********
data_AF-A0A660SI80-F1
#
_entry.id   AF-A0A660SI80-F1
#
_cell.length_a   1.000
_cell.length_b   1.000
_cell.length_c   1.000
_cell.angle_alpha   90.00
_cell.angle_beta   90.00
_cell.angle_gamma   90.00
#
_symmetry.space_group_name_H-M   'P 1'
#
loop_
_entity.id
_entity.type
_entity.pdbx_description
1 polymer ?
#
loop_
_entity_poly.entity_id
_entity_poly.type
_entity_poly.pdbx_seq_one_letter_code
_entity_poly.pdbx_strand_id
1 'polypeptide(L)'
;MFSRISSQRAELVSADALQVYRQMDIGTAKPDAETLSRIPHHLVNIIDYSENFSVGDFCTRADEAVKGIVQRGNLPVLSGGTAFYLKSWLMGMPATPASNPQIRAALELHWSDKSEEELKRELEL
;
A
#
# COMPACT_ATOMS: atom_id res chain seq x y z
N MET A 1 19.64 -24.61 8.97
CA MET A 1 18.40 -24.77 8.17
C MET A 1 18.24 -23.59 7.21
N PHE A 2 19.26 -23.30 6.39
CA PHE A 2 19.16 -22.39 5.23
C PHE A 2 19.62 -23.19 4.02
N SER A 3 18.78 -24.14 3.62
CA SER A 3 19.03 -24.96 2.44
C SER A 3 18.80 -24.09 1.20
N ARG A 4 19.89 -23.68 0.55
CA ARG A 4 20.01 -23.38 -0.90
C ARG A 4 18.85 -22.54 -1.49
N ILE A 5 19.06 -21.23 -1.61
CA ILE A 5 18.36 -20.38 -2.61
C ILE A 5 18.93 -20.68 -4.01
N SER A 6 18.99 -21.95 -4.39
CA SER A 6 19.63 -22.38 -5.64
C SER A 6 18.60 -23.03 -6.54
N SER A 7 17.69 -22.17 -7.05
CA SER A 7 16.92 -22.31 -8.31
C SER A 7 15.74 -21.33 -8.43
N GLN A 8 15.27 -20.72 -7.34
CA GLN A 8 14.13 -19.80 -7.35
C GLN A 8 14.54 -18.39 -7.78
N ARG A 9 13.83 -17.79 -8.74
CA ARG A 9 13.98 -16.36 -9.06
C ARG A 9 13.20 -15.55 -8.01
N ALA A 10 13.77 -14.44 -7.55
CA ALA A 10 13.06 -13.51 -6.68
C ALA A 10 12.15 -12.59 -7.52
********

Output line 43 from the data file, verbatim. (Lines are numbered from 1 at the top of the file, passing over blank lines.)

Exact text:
N ILE A 5 19.06 -21.23 -1.61